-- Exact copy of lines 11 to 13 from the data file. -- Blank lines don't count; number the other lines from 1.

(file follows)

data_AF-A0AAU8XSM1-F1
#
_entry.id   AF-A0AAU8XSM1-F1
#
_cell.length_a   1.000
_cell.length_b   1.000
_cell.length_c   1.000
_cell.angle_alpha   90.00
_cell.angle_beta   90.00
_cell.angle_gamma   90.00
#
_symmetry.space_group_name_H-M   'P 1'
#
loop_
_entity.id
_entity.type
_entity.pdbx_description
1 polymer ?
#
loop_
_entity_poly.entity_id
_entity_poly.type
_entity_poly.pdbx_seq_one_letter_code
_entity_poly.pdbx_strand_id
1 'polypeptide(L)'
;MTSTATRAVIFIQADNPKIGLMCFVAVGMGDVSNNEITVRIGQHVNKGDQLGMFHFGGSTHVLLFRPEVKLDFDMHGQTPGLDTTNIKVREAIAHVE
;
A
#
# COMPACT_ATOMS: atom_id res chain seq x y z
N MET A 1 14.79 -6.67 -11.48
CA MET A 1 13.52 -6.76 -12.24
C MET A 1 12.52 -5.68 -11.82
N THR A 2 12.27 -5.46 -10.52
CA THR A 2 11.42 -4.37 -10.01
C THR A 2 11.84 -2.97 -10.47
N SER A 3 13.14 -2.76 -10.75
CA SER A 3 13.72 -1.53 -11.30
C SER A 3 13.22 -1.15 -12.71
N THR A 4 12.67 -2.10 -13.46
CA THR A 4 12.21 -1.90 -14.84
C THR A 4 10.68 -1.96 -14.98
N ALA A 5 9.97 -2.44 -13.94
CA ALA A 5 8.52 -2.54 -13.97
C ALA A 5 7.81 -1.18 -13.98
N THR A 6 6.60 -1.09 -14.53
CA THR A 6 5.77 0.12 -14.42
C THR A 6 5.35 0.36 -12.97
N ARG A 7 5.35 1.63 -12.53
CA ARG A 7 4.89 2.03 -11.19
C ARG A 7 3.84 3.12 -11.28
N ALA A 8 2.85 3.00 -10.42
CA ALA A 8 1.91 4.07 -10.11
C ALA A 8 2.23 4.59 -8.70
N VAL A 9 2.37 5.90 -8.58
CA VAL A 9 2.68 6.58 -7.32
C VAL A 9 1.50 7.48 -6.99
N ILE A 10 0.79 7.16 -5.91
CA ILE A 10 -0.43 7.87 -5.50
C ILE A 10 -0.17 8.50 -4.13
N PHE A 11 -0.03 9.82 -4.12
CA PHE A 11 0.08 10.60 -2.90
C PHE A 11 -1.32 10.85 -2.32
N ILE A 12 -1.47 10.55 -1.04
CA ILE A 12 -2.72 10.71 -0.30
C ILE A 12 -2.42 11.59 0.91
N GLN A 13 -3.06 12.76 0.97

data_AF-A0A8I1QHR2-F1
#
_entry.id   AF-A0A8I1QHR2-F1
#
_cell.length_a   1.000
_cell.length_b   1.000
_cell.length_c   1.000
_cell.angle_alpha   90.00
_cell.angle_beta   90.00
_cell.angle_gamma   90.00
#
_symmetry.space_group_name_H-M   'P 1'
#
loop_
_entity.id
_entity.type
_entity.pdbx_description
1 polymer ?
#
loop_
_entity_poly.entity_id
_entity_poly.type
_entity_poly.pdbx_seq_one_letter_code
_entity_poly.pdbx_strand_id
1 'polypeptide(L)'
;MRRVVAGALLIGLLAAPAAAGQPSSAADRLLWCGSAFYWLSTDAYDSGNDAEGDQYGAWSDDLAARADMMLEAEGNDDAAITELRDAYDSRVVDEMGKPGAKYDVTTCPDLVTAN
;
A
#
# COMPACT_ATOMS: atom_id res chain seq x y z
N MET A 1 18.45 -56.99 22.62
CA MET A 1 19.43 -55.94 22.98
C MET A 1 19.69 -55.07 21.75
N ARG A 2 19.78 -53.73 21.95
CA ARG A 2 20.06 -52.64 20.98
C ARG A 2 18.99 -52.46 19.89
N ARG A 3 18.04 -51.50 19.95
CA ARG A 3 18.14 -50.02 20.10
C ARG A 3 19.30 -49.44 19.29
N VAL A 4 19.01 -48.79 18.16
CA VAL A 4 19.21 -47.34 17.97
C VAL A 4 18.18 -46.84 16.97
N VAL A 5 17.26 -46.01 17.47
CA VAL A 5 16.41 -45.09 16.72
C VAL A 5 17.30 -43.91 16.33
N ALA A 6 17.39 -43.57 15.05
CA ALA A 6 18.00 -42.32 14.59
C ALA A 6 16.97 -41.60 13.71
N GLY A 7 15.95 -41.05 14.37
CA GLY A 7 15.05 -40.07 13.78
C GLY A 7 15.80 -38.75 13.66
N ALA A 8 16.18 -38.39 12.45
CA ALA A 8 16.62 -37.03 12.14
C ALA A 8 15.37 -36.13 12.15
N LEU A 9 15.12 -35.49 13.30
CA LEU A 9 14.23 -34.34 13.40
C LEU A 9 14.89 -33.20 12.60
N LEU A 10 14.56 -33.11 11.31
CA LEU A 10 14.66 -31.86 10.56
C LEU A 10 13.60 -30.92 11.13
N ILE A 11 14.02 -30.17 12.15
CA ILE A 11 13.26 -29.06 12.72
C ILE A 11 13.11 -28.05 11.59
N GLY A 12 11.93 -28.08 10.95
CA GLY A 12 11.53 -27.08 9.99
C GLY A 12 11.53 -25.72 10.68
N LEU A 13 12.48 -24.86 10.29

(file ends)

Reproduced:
#
_symmetry.space_group_name_H-M   'P 1'
#